This was all clearly too much and the remaining Parliamentarians decided, over a pint or three, that Waldalf had clearly lost not only his mind, but also his Commission. So, in the case of Waldalf Weakchin, the loss of the Commission of Heaven came very late one night in the form of seven black clad and hooded figures, who had managed to gain entrance to the Palas and stood ranged round his bed. When he awoke, startled by the sudden shuffling of feet so close to his bed, the last thing Waldalf heard was the Kingmakers' Men explaining what happens when an Emperor loses the Commission of Heaven. They then proceeded to make good on their explanations by bludgeoning the nasty sod to death with bronze monkey fists. His bloodied & broken body they threw from the window at dawn, and another gang of Kingmakers' Men promptly hacked off his head and lifted it up on a stake, bowing before an appreciative crowd of local bystanders, who immediately began to cheer the death of a tyrant. By mid-morning, the Ministry of Kingmaking had chosen the successor and by lunchtime news began to spread that Blaowe Hamund had received the Commission of Heaven, taking the regnal name Blaowulf Seawanderer.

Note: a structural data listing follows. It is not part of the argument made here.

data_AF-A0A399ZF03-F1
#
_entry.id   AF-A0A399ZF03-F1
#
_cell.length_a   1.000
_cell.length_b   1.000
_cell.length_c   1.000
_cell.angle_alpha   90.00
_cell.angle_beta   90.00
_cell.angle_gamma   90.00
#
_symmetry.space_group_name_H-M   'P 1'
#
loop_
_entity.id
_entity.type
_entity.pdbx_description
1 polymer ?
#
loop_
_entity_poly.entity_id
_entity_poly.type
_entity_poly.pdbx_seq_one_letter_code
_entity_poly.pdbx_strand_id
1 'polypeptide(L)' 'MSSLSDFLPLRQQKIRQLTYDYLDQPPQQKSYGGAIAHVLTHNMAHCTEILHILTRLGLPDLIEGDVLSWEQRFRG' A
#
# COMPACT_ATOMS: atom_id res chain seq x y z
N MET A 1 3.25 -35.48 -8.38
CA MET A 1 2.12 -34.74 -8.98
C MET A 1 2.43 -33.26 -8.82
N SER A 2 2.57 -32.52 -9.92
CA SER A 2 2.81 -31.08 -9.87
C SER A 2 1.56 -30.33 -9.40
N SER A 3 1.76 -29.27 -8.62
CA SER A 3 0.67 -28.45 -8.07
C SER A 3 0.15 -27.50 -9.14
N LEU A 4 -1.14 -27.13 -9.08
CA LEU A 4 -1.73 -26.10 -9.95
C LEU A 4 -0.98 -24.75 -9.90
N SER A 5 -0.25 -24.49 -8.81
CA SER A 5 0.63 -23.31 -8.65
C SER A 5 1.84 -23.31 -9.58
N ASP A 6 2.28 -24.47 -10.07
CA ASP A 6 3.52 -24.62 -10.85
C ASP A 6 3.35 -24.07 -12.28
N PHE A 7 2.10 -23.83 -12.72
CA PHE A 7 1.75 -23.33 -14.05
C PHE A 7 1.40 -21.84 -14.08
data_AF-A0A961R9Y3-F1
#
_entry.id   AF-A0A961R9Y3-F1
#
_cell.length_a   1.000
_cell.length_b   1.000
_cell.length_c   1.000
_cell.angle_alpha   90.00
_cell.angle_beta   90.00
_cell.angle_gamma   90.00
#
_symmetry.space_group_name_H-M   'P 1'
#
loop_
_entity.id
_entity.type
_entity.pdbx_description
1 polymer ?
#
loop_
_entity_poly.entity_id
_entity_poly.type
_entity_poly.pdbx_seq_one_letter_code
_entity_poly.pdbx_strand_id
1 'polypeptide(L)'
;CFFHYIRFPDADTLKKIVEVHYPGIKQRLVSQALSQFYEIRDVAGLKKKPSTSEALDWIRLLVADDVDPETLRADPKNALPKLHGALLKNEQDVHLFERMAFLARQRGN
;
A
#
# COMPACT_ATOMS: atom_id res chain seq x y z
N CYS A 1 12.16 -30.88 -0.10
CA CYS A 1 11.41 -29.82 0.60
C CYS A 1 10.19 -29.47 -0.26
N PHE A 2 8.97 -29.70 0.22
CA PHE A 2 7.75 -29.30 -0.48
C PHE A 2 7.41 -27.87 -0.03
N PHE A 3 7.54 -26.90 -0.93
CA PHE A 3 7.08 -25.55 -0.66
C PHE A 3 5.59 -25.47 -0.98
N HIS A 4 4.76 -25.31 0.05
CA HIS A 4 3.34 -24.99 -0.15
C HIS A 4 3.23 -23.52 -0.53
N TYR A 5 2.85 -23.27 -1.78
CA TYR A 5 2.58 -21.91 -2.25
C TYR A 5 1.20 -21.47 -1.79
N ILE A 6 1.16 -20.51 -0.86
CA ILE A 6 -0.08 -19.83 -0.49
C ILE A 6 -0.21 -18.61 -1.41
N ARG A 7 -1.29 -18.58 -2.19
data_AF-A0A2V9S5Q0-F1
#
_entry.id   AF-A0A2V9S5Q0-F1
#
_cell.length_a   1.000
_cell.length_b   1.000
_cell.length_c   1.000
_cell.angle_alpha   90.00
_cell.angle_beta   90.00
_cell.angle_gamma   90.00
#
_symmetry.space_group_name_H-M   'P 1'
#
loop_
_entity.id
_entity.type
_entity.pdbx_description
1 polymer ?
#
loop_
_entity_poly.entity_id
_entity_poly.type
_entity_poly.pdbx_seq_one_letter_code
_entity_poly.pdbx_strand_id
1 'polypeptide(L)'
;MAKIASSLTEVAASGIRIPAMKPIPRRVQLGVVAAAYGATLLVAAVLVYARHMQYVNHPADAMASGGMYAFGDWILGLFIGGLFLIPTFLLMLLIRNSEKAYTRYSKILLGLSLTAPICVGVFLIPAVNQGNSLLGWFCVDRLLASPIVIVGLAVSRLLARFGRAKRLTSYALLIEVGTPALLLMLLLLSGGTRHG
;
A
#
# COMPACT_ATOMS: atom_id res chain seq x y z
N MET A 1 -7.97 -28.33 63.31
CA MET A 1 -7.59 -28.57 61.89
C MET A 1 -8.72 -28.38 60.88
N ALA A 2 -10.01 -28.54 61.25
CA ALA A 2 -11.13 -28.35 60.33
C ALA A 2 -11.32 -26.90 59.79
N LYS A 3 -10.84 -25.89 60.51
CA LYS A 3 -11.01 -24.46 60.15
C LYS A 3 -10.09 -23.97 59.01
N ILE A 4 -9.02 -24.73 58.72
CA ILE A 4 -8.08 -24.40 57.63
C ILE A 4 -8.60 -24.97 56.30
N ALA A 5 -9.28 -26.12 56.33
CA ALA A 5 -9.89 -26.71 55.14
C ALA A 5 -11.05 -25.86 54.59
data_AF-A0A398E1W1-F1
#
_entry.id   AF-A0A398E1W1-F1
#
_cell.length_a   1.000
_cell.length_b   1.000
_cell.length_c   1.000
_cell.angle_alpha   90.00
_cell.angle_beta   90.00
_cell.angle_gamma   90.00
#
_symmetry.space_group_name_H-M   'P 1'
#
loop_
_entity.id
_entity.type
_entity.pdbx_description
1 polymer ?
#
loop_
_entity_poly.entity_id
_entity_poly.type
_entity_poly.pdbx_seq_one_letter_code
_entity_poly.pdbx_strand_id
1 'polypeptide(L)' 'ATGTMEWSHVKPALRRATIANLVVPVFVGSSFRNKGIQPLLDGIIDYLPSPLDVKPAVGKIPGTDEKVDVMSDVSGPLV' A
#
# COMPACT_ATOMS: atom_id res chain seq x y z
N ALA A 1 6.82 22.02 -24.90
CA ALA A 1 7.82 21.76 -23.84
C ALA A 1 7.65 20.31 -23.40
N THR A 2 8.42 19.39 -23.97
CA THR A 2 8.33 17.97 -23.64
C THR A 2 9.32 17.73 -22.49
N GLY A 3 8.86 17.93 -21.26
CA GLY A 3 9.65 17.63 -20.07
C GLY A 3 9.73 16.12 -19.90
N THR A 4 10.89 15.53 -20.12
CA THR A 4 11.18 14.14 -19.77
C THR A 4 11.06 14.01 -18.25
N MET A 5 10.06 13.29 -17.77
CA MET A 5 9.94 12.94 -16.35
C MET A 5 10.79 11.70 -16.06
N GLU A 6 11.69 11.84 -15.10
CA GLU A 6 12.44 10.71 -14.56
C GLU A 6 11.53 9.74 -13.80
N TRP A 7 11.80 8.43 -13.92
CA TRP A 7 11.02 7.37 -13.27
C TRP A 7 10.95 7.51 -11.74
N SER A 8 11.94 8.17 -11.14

And that's politics in a nutshell! And all's well that ends well.
I guess by way of explanation, I should describe the government of the Empire a bit. It has been described, and somewhat truthfully, as a parliamentary monarchy -- so, something like the Dutch or the British systems. But in actuality, it is, at all levels, more of a scholarly bureaucracy, and thus perhaps more similar to the late imperial Chinese system. The office of emperor has simply evolved over the centuries from sword wielding tyrant-king to chief bureaucrat; and in the process has lost most of his actual powers. In the US, government powers are divided into executive, legislative and judicial. In Auntimoany, the divide is between law-making and law-enforcement, so the executive and legislative are placed opposite the judicial, and neither really has any actual control over the other, which I guess is a sort of anti-checks-and-balances.